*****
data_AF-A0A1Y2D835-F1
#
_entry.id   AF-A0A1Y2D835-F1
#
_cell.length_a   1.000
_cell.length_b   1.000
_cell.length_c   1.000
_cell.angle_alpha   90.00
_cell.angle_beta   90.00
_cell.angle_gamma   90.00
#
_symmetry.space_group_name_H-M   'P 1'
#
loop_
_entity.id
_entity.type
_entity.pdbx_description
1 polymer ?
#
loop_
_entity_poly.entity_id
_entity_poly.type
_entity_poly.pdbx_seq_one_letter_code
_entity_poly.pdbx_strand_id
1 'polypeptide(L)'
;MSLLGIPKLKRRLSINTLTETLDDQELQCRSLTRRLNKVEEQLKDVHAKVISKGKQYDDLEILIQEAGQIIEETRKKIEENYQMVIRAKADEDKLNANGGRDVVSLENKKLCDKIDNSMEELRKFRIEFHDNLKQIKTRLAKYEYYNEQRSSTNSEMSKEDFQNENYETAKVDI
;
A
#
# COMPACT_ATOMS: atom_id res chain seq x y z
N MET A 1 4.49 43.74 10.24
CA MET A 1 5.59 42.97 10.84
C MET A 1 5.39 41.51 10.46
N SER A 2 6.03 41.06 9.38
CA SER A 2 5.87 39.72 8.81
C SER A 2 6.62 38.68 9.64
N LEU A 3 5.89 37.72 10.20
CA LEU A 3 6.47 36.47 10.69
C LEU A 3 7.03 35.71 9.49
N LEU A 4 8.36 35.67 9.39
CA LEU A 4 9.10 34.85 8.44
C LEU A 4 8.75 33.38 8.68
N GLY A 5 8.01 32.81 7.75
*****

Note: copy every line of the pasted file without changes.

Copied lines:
data_AF-A0A1Y2D835-F1
#
_entry.id   AF-A0A1Y2D835-F1
#
_cell.length_a   1.000
_cell.length_b   1.000
_cell.length_c   1.000
_cell.angle_alpha   90.00
_cell.angle_beta   90.00
_cell.angle_gamma   90.00
#
_symmetry.space_group_name_H-M   'P 1'
#
loop_
_entity.id
_entity.type
_entity.pdbx_description
1 polymer ?
#
loop_
_entity_poly.entity_id
_entity_poly.type
_entity_poly.pdbx_seq_one_letter_code
_entity_poly.pdbx_strand_id
1 'polypeptide(L)'
;MSLLGIPKLKRRLSINTLTETLDDQELQCRSLTRRLNKVEEQLKDVHAKVISKGKQYDDLEILIQEAGQIIEETRKKIEENYQMVIRAKADEDKLNANGGRDVVSLENKKLCDKIDNSMEELRKFRIEFHDNLKQIKTRLAKYEYYNEQRSSTNSEMSKEDFQNENYETAKVDI
;
A
#
# COMPACT_ATOMS: atom_id res chain seq x y z
N MET A 1 4.49 43.74 10.24
CA MET A 1 5.59 42.97 10.84
C MET A 1 5.39 41.51 10.46
N SER A 2 6.03 41.06 9.38
CA SER A 2 5.87 39.72 8.81
C SER A 2 6.62 38.68 9.64
N LEU A 3 5.89 37.72 10.20
CA LEU A 3 6.47 36.47 10.69
C LEU A 3 7.03 35.71 9.49
N LEU A 4 8.36 35.67 9.39
CA LEU A 4 9.10 34.85 8.44
C LEU A 4 8.75 33.38 8.68
N GLY A 5 8.01 32.81 7.75